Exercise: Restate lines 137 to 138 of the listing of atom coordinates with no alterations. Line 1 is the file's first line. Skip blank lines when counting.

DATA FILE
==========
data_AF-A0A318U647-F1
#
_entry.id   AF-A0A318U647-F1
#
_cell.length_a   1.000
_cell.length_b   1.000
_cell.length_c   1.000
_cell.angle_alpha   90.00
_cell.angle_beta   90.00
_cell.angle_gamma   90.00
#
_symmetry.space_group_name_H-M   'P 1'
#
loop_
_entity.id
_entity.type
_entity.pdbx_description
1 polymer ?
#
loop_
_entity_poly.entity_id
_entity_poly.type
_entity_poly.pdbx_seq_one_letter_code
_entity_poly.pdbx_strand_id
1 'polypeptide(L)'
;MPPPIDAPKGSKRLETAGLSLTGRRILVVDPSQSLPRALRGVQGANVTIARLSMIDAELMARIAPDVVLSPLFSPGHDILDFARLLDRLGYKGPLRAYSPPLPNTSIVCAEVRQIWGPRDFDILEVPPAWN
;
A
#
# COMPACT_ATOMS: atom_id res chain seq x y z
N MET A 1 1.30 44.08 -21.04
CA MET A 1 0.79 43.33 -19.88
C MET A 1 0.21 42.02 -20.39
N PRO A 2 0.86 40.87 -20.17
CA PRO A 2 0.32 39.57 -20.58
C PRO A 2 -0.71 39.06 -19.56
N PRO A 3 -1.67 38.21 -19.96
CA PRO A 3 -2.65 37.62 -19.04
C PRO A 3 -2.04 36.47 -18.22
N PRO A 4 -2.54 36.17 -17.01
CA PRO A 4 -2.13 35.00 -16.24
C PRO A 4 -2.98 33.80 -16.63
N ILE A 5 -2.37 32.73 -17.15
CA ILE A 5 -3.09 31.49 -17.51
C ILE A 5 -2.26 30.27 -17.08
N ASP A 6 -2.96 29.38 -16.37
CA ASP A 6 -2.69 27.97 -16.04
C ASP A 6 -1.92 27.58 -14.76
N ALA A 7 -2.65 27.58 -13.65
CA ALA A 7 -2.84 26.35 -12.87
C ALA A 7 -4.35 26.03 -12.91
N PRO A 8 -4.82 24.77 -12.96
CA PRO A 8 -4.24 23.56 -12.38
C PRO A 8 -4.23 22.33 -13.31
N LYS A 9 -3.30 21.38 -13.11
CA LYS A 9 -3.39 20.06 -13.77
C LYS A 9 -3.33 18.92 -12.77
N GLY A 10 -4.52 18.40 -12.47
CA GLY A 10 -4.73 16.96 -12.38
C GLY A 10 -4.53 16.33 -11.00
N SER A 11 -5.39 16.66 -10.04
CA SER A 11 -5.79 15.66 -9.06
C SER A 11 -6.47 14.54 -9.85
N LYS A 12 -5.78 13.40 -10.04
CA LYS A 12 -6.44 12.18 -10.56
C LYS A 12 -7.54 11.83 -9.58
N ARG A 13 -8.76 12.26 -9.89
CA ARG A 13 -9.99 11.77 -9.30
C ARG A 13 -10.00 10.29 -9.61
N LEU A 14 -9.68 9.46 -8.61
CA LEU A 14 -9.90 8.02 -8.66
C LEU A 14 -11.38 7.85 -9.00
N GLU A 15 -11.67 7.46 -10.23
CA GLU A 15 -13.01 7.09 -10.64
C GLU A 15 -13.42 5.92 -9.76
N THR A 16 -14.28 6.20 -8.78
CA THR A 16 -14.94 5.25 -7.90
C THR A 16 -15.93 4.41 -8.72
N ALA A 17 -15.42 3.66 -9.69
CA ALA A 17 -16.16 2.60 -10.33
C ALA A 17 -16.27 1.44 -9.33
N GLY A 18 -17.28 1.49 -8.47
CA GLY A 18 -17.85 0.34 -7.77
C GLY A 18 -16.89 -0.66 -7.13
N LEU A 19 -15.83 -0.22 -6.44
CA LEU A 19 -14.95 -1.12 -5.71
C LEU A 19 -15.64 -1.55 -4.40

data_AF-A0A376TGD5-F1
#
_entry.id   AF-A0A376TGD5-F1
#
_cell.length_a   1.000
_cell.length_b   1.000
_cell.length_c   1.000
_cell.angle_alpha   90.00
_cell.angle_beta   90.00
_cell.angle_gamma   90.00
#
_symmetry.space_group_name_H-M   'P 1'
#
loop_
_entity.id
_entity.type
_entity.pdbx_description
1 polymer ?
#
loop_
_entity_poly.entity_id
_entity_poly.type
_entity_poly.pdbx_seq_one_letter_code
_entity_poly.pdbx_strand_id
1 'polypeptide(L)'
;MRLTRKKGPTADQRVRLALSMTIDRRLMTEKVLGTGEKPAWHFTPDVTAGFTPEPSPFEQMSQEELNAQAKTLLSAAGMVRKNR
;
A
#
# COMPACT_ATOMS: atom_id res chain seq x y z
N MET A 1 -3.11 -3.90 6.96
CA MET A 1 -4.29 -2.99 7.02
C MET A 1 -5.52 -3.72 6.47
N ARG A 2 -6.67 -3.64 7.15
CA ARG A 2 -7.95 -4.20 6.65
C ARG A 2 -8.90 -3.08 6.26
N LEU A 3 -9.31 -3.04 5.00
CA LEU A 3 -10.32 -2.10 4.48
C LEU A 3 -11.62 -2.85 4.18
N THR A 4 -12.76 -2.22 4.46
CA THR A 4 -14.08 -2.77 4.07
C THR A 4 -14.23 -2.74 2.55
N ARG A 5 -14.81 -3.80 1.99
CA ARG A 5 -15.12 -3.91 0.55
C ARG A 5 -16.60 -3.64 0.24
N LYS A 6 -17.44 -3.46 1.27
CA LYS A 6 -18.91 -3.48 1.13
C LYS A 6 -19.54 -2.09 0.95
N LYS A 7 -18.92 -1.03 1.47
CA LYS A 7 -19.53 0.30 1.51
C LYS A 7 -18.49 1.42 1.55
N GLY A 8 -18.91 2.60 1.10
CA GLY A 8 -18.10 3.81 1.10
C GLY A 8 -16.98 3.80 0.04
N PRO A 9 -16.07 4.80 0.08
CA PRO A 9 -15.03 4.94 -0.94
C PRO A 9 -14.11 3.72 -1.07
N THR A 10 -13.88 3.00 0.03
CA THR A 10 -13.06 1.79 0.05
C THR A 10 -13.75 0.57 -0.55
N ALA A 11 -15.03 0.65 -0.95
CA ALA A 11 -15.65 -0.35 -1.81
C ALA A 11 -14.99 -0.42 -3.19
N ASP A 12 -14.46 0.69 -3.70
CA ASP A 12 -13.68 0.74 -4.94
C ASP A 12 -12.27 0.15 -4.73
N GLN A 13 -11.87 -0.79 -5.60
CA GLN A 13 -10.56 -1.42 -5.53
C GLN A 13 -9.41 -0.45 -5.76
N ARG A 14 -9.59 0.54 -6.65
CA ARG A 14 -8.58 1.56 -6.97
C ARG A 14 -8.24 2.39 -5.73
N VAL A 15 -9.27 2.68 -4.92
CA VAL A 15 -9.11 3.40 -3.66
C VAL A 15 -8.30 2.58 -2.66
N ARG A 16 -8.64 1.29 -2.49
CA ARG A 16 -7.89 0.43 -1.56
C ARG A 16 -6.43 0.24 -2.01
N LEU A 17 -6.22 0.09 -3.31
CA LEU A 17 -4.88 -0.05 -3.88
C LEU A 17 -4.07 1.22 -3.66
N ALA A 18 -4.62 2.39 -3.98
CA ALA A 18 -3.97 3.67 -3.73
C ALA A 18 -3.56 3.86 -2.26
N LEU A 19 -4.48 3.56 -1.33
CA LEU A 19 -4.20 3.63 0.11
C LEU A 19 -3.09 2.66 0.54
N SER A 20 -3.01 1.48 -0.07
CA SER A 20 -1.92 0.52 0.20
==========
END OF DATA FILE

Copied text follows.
CA LYS A 7 -19.53 0.30 1.51
C LYS A 7 -18.49 1.42 1.55